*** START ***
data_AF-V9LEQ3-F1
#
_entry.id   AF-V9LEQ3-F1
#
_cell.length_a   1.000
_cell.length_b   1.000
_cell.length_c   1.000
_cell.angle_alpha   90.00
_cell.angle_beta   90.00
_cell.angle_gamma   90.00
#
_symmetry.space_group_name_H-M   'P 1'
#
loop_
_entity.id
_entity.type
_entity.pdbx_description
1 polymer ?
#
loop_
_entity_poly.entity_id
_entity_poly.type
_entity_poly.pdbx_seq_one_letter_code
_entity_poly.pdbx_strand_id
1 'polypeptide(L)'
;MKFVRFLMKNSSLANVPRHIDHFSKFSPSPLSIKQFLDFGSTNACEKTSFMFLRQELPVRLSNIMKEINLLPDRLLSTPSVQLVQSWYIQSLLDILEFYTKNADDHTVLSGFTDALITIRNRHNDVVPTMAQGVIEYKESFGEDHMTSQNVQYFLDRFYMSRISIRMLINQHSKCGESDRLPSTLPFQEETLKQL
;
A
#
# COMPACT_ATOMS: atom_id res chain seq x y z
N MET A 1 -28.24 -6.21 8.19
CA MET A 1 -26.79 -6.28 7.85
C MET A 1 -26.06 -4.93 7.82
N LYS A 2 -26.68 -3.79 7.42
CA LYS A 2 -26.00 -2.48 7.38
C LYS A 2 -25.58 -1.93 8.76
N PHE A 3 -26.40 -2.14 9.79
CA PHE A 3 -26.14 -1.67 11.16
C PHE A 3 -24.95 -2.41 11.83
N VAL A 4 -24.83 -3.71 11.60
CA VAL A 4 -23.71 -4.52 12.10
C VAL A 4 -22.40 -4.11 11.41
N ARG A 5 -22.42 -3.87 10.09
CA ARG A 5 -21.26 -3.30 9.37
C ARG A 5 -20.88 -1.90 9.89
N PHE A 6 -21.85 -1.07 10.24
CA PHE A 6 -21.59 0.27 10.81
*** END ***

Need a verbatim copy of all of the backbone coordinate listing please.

data_AF-V9LEQ3-F1
#
_entry.id   AF-V9LEQ3-F1
#
_cell.length_a   1.000
_cell.length_b   1.000
_cell.length_c   1.000
_cell.angle_alpha   90.00
_cell.angle_beta   90.00
_cell.angle_gamma   90.00
#
_symmetry.space_group_name_H-M   'P 1'
#
loop_
_entity.id
_entity.type
_entity.pdbx_description
1 polymer ?
#
loop_
_entity_poly.entity_id
_entity_poly.type
_entity_poly.pdbx_seq_one_letter_code
_entity_poly.pdbx_strand_id
1 'polypeptide(L)'
;MKFVRFLMKNSSLANVPRHIDHFSKFSPSPLSIKQFLDFGSTNACEKTSFMFLRQELPVRLSNIMKEINLLPDRLLSTPSVQLVQSWYIQSLLDILEFYTKNADDHTVLSGFTDALITIRNRHNDVVPTMAQGVIEYKESFGEDHMTSQNVQYFLDRFYMSRISIRMLINQHSKCGESDRLPSTLPFQEETLKQL
;
A
#
# COMPACT_ATOMS: atom_id res chain seq x y z
N MET A 1 -28.24 -6.21 8.19
CA MET A 1 -26.79 -6.28 7.85
C MET A 1 -26.06 -4.93 7.82
N LYS A 2 -26.68 -3.79 7.42
CA LYS A 2 -26.00 -2.48 7.38
C LYS A 2 -25.58 -1.93 8.76
N PHE A 3 -26.40 -2.14 9.79
CA PHE A 3 -26.14 -1.67 11.16
C PHE A 3 -24.95 -2.41 11.83
N VAL A 4 -24.83 -3.71 11.60
CA VAL A 4 -23.71 -4.52 12.10
C VAL A 4 -22.40 -4.11 11.41
N ARG A 5 -22.42 -3.87 10.09
CA ARG A 5 -21.26 -3.30 9.37
C ARG A 5 -20.88 -1.90 9.89
N PHE A 6 -21.85 -1.07 10.24
CA PHE A 6 -21.59 0.27 10.81